The Grapevine

Let Baby Hiccups Continue: Study Says There Are Benefits

Parents think that baby hiccups are not normal and some may even try some weird things to stop it. But researchers suggest that you should let it happen because of its surprising health benefits. 

The baby starts to experience hiccups in the womb. Estimates show that preterm infants spend 1 percent of their time hiccupping or up to 15 minutes a day. 

A new study, published in the journal Clinical Neurophysiology, shows that hiccups support brain development in newborns. It triggers a flow of brain signals that could help the baby learn how to regulate breathing.

"The reasons for why we hiccup are not entirely clear, but there may be a developmental reason, given that fetuses and newborn babies hiccup so frequently," Kimberley Whitehead, lead study author and a research associate at University College London, said in a statement.

Researchers analyzed the brain activity in 13 newborn infants in a neonatal ward. The team used electroencephalography (EEG) to observe the brain of each baby and placed movement sensors on their torsos to record their hiccups.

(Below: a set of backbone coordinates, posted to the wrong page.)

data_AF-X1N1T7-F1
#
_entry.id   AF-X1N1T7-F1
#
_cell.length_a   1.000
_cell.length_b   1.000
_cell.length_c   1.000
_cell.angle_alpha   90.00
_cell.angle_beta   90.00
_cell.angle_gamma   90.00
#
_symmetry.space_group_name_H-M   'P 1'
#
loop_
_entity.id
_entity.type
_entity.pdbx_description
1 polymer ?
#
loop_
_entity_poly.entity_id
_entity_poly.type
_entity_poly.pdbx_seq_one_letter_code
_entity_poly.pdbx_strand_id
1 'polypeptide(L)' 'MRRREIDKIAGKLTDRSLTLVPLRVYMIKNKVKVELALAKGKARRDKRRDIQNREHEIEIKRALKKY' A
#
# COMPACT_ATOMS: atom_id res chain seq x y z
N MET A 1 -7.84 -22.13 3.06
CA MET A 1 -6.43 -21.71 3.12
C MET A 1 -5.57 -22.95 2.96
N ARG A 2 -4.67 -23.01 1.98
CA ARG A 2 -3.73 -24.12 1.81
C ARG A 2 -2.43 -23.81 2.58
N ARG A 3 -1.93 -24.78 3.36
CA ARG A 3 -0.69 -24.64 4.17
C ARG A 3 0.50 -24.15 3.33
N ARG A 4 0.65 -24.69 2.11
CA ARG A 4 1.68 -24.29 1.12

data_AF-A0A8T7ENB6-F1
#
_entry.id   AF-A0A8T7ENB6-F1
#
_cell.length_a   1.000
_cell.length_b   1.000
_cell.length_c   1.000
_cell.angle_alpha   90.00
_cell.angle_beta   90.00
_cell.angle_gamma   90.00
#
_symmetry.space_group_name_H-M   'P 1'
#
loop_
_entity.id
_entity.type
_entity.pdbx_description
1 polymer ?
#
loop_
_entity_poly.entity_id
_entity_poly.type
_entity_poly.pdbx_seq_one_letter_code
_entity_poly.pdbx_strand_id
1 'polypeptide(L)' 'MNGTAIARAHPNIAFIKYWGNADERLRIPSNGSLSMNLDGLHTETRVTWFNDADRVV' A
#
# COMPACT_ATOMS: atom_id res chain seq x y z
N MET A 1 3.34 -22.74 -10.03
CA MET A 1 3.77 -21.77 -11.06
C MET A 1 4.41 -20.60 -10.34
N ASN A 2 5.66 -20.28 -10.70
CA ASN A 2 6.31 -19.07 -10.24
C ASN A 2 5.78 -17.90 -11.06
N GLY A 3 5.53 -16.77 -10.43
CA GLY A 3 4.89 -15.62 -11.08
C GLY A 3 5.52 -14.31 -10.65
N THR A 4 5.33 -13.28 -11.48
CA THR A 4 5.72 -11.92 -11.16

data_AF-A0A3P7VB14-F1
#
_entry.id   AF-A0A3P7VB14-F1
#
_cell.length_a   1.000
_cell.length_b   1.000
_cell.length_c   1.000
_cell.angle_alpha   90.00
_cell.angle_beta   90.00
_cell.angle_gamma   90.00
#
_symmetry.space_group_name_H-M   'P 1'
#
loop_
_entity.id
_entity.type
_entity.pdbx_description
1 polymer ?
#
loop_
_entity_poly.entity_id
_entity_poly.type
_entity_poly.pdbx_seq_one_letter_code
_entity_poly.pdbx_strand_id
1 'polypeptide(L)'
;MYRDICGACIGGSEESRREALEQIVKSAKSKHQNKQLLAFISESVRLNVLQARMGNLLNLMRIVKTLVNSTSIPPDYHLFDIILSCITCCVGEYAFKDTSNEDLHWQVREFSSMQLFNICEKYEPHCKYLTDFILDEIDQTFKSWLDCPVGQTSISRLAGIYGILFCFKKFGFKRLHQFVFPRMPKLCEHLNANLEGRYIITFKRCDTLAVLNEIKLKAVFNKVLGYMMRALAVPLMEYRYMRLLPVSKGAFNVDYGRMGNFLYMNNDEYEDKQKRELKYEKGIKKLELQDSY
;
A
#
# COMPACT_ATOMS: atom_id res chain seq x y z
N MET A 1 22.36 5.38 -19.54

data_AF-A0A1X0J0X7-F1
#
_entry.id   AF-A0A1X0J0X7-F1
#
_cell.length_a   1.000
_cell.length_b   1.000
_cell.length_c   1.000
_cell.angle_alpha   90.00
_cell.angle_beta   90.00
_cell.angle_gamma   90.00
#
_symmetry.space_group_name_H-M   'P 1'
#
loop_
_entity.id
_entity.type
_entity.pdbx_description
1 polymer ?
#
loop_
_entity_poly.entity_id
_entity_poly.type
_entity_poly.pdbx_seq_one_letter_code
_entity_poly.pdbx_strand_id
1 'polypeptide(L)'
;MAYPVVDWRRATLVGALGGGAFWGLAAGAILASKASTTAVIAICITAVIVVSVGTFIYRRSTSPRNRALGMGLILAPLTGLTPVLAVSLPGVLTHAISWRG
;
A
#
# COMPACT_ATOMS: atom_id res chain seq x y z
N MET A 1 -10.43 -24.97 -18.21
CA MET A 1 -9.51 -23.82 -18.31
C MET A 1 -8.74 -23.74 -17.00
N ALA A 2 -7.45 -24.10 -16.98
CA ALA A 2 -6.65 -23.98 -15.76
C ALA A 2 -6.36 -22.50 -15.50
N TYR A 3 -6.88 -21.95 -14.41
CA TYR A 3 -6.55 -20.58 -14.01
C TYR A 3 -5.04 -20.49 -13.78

They found that a hiccup causes contractions of the diaphragm muscle. These physical changes trigger brainwaves in the brain's cortex.

The series of hiccups cause a large wave of signals, which then allow the brain to link the “hic” sound with the feel of the diaphragm muscle contraction. 

"The activity resulting from a hiccup may be helping the baby's brain to learn how to monitor the breathing muscles so that eventually breathing can be voluntary controlled by moving the diaphragm up and down," Lorenzo Fabrizi, senior study author from University College London, said. "When we are born, the circuits which process body sensations are not fully developed, so the establishment of such networks is a crucial developmental milestone for newborns."

An earlier study by Fabrizi and his colleagues suggested that when babies kick in the womb they may be creating “mental maps” of their own bodies. The latest research supports the previous findings that certain activities in the womb and after birth contribute to the development of brain connections in babies. 

Whitehead said hiccups in adults are commonly considered annoying. But they could be a “left over from infancy when it had an important function.”

baby Estimates show that preterm infants spend up to 15 minutes each day hiccupping. Pixabay